Arts Preview: ‘TORUK: The First Flight’

By / Culture / July 28, 2016

Cirque du Soleil shoots through space with an ‘Avatar’-inspired show.

Between outrageous characters, mind-blowing stunts and a through-the-looking-glass storytelling style, there’s often an other-worldliness to the spectacle that is Cirque du Soleil. With its latest travelling show — “TORUK: The First Flight” — the trailblazing Canadian company reaches for the stars, whipping up a wonder inspired by James Cameron’s big-screen sci-fi fantasy, “Avatar.”

The 2009 film follows the human quest to retrieve a new energy source from a faraway moon known as Pandora; the Cirque show imagines that world centuries before avatars from planet Earth went nosing about. “The story of our show is a bit more simple than the story of the movie,” says Michel Lemieux, who created the show with Victor Pilon and playwright Olivier Kemeid. “It’s about the quest of three young characters on the brink of becoming adults, about the relationship between the three of them and the way that is transformed by the trials that come during their story.”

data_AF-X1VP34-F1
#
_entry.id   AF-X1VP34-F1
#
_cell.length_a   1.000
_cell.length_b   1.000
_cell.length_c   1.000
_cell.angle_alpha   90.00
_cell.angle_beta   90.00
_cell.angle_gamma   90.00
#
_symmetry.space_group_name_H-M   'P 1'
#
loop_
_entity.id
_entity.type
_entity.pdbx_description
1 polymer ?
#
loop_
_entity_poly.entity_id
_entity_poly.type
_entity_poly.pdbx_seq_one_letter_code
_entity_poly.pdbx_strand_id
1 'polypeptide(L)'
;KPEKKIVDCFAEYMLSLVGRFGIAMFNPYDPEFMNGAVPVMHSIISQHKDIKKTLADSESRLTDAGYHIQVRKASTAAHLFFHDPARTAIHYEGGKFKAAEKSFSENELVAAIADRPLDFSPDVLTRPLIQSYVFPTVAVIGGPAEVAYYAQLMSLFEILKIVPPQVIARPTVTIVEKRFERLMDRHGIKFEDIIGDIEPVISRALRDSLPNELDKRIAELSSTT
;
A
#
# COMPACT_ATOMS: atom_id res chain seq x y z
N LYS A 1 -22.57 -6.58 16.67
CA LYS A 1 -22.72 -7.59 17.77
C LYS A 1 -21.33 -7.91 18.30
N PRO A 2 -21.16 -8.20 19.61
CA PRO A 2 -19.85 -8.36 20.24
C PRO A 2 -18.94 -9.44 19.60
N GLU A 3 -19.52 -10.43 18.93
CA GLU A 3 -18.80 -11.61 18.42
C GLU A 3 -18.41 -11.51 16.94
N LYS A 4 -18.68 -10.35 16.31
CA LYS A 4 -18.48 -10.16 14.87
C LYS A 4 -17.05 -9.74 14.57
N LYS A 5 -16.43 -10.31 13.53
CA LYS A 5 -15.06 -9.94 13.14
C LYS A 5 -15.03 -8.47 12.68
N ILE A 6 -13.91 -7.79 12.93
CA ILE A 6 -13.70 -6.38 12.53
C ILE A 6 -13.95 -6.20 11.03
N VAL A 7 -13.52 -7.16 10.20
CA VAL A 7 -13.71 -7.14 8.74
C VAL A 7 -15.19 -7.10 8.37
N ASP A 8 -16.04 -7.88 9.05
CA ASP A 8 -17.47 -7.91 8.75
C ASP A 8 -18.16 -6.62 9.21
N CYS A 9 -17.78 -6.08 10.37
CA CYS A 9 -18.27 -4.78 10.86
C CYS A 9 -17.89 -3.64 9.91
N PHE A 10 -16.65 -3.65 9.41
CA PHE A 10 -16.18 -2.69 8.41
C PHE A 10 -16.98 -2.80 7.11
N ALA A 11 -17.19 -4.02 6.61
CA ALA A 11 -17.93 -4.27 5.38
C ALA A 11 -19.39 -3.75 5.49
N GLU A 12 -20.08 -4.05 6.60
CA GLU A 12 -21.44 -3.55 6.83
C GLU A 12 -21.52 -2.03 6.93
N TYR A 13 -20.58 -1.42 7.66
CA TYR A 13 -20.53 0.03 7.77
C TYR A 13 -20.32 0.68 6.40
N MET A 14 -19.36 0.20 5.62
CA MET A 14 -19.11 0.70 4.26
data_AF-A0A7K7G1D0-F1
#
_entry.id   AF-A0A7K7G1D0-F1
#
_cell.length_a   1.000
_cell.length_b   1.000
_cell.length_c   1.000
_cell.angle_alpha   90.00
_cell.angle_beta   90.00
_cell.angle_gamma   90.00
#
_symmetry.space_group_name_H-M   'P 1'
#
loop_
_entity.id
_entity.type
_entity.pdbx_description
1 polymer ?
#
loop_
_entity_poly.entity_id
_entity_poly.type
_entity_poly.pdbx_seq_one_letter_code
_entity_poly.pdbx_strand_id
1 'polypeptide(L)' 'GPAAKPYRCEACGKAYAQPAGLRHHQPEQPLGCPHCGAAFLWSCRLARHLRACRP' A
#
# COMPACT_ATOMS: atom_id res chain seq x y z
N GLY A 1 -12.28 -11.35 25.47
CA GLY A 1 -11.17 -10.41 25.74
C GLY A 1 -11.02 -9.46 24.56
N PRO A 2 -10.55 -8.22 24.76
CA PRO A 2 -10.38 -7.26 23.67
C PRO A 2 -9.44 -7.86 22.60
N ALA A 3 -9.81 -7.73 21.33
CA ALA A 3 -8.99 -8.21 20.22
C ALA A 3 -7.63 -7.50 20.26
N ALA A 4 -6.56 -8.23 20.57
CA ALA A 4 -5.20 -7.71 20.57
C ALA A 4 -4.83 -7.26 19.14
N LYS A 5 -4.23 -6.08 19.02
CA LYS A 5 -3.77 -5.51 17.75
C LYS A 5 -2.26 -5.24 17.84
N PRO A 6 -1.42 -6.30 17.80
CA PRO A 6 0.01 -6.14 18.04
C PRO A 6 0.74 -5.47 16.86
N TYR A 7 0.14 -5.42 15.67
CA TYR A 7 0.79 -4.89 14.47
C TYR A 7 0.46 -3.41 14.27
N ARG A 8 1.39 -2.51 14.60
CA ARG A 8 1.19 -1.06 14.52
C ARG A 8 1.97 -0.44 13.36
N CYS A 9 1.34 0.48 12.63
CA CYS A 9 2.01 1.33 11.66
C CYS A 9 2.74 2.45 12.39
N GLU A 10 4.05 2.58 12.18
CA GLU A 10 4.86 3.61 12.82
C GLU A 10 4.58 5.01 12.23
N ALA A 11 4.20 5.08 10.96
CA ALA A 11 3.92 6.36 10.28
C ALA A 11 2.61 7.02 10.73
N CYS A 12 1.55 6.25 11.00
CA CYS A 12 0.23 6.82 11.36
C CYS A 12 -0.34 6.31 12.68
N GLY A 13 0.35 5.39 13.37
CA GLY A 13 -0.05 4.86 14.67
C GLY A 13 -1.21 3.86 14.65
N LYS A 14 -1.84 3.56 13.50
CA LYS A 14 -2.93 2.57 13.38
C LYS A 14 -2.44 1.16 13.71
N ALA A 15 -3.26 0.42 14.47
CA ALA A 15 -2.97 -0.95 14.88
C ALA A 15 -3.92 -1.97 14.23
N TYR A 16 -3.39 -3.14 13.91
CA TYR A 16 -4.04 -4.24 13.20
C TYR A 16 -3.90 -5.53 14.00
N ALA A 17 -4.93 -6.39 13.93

Arts073116-2_1200pxLike any Cirque production, “TORUK” is replete with eye-popping visual effects and infused with a breathtaking dynamism born of the performers’ physical daring and kinetic expressiveness. But in something of a departure, the piece includes a more clearly articulated plot, with a narrator leading the way. “A Cirque du Soleil show normally has a lot of characters, but you don’t know the story of their lives, their emotions, so it becomes a bit abstract,” Lemieux says. “In this show, it’s more set.”

Fantastic puppets — including one cross between an ostrich, pink flamingo and dinosaur — 18 kites, live and recorded music and images cast from 40 video projectors are key components in conjuring an imagined world that can rival anything seen on the big screen. Yet for all the technique and wizardry at play, the show’s creators hope audiences will not only be amazed by the action onstage, but connect to the tale “TORUK” tells. “The first time James Cameron saw a dress rehearsal of the show,” Lemieux says, “he said, ‘I’ve seen all the Cirque du Soleil shows and for the first time I really see a group of artists.  I really feel the troupe, I really feel what I wanted to put in my movie — the clan, the tribe, this group of people who are really interconnected with each other.’ ”

‘TORUK: The First Flight’
August 3-7, United Center, 1901 W. Madison. For tickets (starting at $42), call 1-(800)-745-3000 or visit


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